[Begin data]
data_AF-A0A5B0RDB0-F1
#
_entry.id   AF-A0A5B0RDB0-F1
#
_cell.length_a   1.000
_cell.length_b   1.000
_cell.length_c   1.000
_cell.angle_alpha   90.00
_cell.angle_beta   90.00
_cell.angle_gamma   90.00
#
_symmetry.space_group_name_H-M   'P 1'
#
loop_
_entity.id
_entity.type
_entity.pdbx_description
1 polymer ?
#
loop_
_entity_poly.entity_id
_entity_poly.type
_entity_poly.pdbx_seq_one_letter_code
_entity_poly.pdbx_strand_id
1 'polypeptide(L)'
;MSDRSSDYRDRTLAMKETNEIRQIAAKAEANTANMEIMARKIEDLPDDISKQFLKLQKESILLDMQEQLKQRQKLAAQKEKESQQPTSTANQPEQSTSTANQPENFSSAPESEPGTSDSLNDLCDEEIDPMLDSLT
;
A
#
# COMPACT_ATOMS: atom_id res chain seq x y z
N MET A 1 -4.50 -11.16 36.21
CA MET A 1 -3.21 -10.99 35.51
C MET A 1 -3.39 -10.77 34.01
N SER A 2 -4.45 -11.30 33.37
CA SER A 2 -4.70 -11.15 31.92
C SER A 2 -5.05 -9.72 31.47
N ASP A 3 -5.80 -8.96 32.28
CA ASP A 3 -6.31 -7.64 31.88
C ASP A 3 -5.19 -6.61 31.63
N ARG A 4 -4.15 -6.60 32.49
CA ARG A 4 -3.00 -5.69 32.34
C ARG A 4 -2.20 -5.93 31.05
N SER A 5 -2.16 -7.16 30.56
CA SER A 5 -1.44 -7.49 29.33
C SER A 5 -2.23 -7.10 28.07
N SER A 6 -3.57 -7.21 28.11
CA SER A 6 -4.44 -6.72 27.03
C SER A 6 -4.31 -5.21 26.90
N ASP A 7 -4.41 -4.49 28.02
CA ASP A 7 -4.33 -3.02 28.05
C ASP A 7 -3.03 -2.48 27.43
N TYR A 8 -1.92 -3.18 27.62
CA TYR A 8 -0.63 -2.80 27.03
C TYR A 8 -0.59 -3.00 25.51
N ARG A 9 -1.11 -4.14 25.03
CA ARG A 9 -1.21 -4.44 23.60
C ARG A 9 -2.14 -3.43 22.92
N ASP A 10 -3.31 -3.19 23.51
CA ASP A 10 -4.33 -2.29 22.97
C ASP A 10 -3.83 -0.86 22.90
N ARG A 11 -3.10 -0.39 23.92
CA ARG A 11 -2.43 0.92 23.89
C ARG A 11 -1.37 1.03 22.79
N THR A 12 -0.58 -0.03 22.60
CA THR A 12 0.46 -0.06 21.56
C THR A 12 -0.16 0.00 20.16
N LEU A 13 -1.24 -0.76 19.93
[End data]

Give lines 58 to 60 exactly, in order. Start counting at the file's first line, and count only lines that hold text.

N ASP A 10 -3.31 -3.19 23.51
CA ASP A 10 -4.33 -2.29 22.97
C ASP A 10 -3.83 -0.86 22.90